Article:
REVIEW: INK Festival in Halesworth shows off our emerging talent

The INK Festival team

The INK Festival team - Credit: Origin8Photography.com

Upstairs at the White Swan pub in Halesworth, clothes are coming off and a bed unrolling as two tipsy young partygoers prepare to hook up.

But they keep getting distracted from their passion mid-flurry by a political disagreement about Zionism.

The briefest pause as actors re-set, and now we are in a US shooting gallery in a tense conversation about fear and trust with Chris Larner as the instructor.  

Another blink, and he is a different man entirely in the next miniature play, as a middle-aged man tries to pray and finds that God is a pushbutton call centre and ‘Your call is important to us”.  

It’s one of the day’s funniest. Moments later a New York firefighter is dismayed that his blind date wears a hijab.  

Passport by Will Gompertz, at the INK festival

Passport by Will Gompertz, at the INK festival - Credit: Origin8Photography.com

That was a refreshing hour. Meanwhile five minutes across town in the Kings garage next to the Cut I encountered Alan Titchmarsh’s stalker, then a wrenching portrait of bitter lonely affection for a partner in a care home, and finally a remarkable solo performance by Amber Muldoon - one of INK’s youngest discoveries,  as a woman steeling herself against harsh odds to protect her unborn child.   

INK is unique: it seeks out short plays (5 to 20 minutes usually) from previously unproduced writers.

Then it produces them, mostly onstage but also as radio work, employing seasoned actors and professional directors including the award-winning Paul Schlesinger.

Most Read

It enlivens the town (Halesworth is definitely a place to be this weekend) but the deepest value of INK to the future of new writing can’t be overestimated.

Seeing your work come alive is not only a buzz, but an important education in how characters and stories develop.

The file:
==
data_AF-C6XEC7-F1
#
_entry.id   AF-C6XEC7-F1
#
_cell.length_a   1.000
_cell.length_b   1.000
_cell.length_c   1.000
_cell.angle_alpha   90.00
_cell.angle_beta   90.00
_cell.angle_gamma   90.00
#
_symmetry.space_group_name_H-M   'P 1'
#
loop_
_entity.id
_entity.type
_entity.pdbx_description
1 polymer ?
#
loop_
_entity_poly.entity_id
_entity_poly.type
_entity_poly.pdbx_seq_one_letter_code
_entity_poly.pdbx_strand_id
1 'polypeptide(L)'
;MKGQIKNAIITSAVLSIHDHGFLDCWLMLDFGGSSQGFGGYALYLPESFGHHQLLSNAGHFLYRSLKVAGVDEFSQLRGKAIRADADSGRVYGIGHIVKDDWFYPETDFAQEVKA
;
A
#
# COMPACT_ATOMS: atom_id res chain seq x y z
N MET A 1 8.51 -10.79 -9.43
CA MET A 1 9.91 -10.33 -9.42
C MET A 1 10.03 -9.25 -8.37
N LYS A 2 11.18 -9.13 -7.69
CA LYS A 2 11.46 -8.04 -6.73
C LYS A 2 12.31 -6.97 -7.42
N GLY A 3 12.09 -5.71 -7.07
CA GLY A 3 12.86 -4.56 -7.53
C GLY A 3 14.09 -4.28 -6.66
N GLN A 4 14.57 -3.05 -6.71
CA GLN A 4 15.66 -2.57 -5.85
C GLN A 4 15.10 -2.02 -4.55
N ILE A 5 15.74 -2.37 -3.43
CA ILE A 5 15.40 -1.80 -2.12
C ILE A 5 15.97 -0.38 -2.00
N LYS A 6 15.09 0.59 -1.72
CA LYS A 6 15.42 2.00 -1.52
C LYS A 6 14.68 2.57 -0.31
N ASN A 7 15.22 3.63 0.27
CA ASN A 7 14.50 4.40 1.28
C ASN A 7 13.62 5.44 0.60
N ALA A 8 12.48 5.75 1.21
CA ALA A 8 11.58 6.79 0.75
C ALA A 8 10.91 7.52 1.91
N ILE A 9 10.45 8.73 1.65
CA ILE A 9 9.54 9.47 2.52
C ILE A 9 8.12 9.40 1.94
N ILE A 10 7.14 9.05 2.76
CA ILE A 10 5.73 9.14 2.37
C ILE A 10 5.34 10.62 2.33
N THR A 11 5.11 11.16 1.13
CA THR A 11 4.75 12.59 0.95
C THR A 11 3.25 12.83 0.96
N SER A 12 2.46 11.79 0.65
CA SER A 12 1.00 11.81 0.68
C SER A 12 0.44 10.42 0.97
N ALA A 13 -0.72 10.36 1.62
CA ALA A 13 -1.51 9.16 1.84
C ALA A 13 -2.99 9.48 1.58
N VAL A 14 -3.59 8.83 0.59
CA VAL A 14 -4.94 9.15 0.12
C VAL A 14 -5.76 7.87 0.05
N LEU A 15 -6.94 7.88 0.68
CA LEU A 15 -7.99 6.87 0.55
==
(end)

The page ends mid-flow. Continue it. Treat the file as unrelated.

I saw 18 plays on the first day (they are grouped, shown together in different sites) and as a critic can affirm that the standard varies from very high indeed to pleasingly entertaining or interestingly promising.

The festival belongs to its emerging unknowns, and the creative future of our region and nation, but every year INK invites a few “INKredibles”, better-known figures with local ties, to submit plays on a theme.

This year it was “passports”, and while one was startlingly dark, and Arthur Smith’s memory of his mother’s dementia profoundly touching, there was obvious glee after these Covid years in jokes about travel frustration.

The Most Important Journey Doesn't Need a Passport, by Miranda Hart, at the INK Festival in Halesworth

The Most Important Journey Doesn't Need a Passport, by Miranda Hart, at the INK Festival in Halesworth - Credit: Origin8Photography.com

Cuckoo, which is touring schools and colleges after the festival

Cuckoo, which is touring schools and colleges after the festival - Credit: Origin8Photography.com

We saw Miranda Hart’s portrait of fussing airport parents, Will Gompertz on the danger of making jokes at customs, and best of all two gloriously demented Border Force officials in Spanish Friend by Judy Upton.

I have seven more shows to see and look forward greatly.

- Libby Purves was The TImes Chief Theatre Critic 2010-2013 and now reviews theatre nationally on www.theatrecat.com 

The INK festival continues in Halesworth this weekend

The INK festival continues in Halesworth this weekend - Credit: Origin8Photography.com

Inside Alan, by Mitch Day

Inside Alan, by Mitch Day - Credit: Origin8Photography.com